But these decisions are a minuscule proportion of the total number of decisions, actions and problem-solving activities that the average person faces in their lives. The more important decisions, actions and problem-solving activities — such as how to make a living, who to spend one’s life with, and how to live — are astonishingly uninformed by all this ‘information’. If knowledge is the ability to do something better than would be possible without it, what does this say about the quantum of knowledge — actionable information — in our world? I would suggest that this quantum is actually declining, that we are less capable of making informed decisions on how to make a living, who to spend one’s life with, or how to live, than those of previous generations. Not because those previous generations had any better information (and they certainly didn’t have any more) but because they were better taught how to do these things, how to make use of the information that was available to them, and to distinguish critically between good (useful) and bad (unhelpful or dubious) information. They were simply more grounded than we are today. The consequences of lack of ‘information literacy’ (defined by the ALA as “the ability to recognize what and when information is needed and to locate, evaluate, and use it effectively”) goes far beyond the business costs (low productivity, business errors and poor product and service quality) cited above. The consequences of today’s lack of information literacy include:

  • Learned helplessness — the sense that we are incapable of looking after ourselves and need other people and technologies (guns, mini-nukes, SUVs, big brother) to keep us safe and make decisions for us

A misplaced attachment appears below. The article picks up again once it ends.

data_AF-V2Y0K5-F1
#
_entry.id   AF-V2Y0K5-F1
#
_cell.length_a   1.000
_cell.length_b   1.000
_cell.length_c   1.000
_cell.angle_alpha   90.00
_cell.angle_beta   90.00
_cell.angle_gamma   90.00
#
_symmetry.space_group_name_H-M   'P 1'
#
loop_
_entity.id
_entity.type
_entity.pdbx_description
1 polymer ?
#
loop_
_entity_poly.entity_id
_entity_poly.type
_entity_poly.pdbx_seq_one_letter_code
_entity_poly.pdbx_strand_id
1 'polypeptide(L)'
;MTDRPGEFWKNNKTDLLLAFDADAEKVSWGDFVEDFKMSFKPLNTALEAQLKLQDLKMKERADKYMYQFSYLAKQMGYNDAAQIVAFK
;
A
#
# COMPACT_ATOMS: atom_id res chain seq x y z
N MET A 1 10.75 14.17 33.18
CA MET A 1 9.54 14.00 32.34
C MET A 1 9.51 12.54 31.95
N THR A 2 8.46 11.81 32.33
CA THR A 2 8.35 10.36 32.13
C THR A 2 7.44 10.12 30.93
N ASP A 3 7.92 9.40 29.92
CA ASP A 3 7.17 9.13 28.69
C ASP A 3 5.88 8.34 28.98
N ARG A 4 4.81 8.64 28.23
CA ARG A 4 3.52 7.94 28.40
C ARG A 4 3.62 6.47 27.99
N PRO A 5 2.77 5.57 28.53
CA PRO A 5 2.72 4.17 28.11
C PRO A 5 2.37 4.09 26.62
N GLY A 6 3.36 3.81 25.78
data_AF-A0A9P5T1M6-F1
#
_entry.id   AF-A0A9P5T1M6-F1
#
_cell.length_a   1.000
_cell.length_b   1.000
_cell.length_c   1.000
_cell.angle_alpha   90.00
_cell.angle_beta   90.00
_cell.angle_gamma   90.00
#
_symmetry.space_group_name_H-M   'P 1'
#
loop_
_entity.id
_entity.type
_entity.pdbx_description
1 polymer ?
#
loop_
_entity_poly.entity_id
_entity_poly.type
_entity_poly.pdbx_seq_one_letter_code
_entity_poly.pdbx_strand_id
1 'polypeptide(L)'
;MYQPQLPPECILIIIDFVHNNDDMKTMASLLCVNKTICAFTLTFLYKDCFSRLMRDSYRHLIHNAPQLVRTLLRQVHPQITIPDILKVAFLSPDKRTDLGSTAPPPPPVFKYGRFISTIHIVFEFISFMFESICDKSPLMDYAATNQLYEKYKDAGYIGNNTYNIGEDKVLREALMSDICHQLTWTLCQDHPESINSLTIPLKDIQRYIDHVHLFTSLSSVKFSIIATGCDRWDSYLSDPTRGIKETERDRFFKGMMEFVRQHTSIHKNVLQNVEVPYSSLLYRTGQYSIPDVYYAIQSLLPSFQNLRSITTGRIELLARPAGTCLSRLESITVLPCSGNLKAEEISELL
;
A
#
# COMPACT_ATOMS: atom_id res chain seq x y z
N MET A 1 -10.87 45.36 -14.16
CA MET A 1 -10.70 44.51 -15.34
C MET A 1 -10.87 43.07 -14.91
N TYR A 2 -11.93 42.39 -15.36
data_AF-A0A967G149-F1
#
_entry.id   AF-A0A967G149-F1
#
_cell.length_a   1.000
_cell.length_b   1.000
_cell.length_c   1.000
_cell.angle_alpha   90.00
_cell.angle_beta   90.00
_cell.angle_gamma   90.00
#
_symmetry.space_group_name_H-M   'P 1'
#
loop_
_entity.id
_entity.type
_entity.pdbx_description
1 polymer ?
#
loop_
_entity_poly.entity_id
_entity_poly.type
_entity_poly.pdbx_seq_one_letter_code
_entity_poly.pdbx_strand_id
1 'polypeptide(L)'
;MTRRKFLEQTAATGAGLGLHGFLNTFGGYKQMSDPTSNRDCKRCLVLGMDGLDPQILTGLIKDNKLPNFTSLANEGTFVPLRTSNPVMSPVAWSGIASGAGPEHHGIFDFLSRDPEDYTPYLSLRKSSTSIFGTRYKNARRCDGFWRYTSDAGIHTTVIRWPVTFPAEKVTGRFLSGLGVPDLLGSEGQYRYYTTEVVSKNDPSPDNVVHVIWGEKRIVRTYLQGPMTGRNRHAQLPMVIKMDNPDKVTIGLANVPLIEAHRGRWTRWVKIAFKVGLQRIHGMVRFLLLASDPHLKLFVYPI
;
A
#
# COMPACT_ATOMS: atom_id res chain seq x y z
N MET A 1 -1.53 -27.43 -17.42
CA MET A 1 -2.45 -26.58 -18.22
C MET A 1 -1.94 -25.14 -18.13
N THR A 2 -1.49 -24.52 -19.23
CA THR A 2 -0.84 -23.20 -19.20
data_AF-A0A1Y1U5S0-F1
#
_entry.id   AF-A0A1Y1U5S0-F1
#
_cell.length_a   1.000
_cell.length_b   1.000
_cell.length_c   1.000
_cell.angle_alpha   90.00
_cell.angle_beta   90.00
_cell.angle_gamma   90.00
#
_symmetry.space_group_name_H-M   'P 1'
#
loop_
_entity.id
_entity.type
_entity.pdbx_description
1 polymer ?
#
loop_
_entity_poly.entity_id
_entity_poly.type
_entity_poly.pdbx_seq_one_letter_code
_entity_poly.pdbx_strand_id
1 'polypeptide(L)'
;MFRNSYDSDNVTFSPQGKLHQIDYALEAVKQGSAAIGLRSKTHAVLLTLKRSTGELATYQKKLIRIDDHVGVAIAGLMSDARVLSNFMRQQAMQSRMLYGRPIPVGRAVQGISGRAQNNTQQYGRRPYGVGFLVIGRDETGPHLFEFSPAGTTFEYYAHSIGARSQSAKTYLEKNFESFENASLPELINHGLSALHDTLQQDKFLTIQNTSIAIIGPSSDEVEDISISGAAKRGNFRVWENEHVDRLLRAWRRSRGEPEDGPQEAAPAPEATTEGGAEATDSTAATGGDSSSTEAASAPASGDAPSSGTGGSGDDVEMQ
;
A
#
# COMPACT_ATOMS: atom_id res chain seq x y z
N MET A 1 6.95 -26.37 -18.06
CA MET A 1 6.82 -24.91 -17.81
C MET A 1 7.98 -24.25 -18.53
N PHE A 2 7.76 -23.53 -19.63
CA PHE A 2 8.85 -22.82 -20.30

• Mental illness — stemming from the endless anxiety that information overload and learned helplessness lead to
  • Conservatism — arising from fear, longing for simplicity, nostalgia, and desperately seeking reassurance that “everything is all right, nothing needs to change”
  • Civil, political and economic incompetence and dependency — inability to take responsibility and make informed decisions
  • Violence — borne of frustration and an inability to see root causes, inarticulateness, ignorance of the lessons of history and of human nature, and inability to persuade others rationally
  • Fragility and vulnerability — from lack of exposure to alternatives, from passivity and reliance on others to take action, and from the increasing centralization of power, authority, and decision-making this has led to
  • Inaction — in the face of crisis, due to an inability to decide, to know what to do

There’s more, but you get the idea. What is the opposite of knowledgeability and decision-making ability? Stupidity (“inability to understand or learn from experience”)? Incompetence (“lack of ability or capacity to do something”)? Because that is the attribute that characterizes an increasing proportion of the population whose brains have atrophied from lack of practice in acting on information, even as the amount of information soars.

If this is the information age, I’ll take whatever comes next, please. I hope it’s something we can use to make the world better, ’cause information isn’t getting the job done.

Painting “Anxiety” by Regina Lafay from the amazing Survivor Art Gallery

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1 Response to Intellectual Capital Report — Information and Anxiety Up, Knowledge and Decision-Making Ability Down

  1. Aleah says:

    Great analysis in the face of the “information is power” mantra. I am reminded of something that stuck with me after reading a book called Habits of the Heart: Individualism and Commitment in American Life- the author uses the expression, ‘restlessness in the midst of prosperity’ to exploit the underlying paranoia that often accompanies great wealth.I believe we are in the same state of paranoid abundance, but with respect to information. I write frequently about knowledge hoarding by consultants and professionals. Information = wealth = limits = fear.